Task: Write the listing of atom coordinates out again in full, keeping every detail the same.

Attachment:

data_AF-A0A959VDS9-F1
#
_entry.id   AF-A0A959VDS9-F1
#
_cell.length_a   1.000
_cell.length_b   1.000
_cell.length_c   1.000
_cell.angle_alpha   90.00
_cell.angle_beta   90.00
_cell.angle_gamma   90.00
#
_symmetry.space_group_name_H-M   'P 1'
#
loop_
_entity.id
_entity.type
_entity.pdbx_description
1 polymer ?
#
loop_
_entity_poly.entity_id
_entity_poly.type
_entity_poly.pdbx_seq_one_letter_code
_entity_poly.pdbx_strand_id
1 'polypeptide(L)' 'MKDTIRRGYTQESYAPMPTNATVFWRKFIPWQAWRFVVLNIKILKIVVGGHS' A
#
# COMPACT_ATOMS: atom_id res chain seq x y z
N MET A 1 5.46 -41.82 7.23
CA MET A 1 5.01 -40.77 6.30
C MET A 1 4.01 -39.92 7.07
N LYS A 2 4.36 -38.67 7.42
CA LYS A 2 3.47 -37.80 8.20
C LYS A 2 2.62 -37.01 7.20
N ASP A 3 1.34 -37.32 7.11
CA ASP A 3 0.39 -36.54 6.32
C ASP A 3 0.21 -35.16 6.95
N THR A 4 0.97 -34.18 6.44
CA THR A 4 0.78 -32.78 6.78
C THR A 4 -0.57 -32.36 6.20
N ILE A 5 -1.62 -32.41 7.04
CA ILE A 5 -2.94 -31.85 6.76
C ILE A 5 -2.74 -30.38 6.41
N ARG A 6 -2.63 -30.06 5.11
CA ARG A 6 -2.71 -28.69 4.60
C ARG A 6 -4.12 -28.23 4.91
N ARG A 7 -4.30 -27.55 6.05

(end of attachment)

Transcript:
data_AF-A0A959VDS9-F1
#
_entry.id   AF-A0A959VDS9-F1
#
_cell.length_a   1.000
_cell.length_b   1.000
_cell.length_c   1.000
_cell.angle_alpha   90.00
_cell.angle_beta   90.00
_cell.angle_gamma   90.00
#
_symmetry.space_group_name_H-M   'P 1'
#
loop_
_entity.id
_entity.type
_entity.pdbx_description
1 polymer ?
#
loop_
_entity_poly.entity_id
_entity_poly.type
_entity_poly.pdbx_seq_one_letter_code
_entity_poly.pdbx_strand_id
1 'polypeptide(L)' 'MKDTIRRGYTQESYAPMPTNATVFWRKFIPWQAWRFVVLNIKILKIVVGGHS' A
#
# COMPACT_ATOMS: atom_id res chain seq x y z
N MET A 1 5.46 -41.82 7.23
CA MET A 1 5.01 -40.77 6.30
C MET A 1 4.01 -39.92 7.07
N LYS A 2 4.36 -38.67 7.42
CA LYS A 2 3.47 -37.80 8.20
C LYS A 2 2.62 -37.01 7.20
N ASP A 3 1.34 -37.32 7.11
CA ASP A 3 0.39 -36.54 6.32
C ASP A 3 0.21 -35.16 6.95
N THR A 4 0.97 -34.18 6.44
CA THR A 4 0.78 -32.78 6.78
C THR A 4 -0.57 -32.36 6.20
N ILE A 5 -1.62 -32.41 7.04
CA ILE A 5 -2.94 -31.85 6.76
C ILE A 5 -2.74 -30.38 6.41
N ARG A 6 -2.63 -30.06 5.11
CA ARG A 6 -2.71 -28.69 4.60
C ARG A 6 -4.12 -28.23 4.91
N ARG A 7 -4.30 -27.55 6.05